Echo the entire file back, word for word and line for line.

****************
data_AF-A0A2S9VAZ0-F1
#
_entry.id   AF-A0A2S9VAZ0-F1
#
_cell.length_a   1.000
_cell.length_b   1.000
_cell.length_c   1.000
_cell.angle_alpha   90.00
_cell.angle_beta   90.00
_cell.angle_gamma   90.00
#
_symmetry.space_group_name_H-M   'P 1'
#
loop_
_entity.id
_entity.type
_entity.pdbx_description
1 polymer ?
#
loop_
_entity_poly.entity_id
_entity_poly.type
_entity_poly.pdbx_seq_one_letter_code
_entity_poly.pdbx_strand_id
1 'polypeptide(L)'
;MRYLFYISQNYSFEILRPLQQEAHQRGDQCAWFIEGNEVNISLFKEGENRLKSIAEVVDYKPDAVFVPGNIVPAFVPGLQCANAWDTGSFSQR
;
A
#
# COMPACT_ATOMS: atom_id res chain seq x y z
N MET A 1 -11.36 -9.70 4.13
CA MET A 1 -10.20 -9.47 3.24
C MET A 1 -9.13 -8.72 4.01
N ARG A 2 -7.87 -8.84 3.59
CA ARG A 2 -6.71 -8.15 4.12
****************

data_AF-A0A2S9VAZ0-F1
#
_entry.id   AF-A0A2S9VAZ0-F1
#
_cell.length_a   1.000
_cell.length_b   1.000
_cell.length_c   1.000
_cell.angle_alpha   90.00
_cell.angle_beta   90.00
_cell.angle_gamma   90.00
#
_symmetry.space_group_name_H-M   'P 1'
#
loop_
_entity.id
_entity.type
_entity.pdbx_description
1 polymer ?
#
loop_
_entity_poly.entity_id
_entity_poly.type
_entity_poly.pdbx_seq_one_letter_code
_entity_poly.pdbx_strand_id
1 'polypeptide(L)'
;MRYLFYISQNYSFEILRPLQQEAHQRGDQCAWFIEGNEVNISLFKEGENRLKSIAEVVDYKPDAVFVPGNIVPAFVPGLQCANAWDTGSFSQR
;
A
#
# COMPACT_ATOMS: atom_id res chain seq x y z
N MET A 1 -11.36 -9.70 4.13
CA MET A 1 -10.20 -9.47 3.24
C MET A 1 -9.13 -8.72 4.01
N ARG A 2 -7.87 -8.84 3.59
CA ARG A 2 -6.71 -8.15 4.12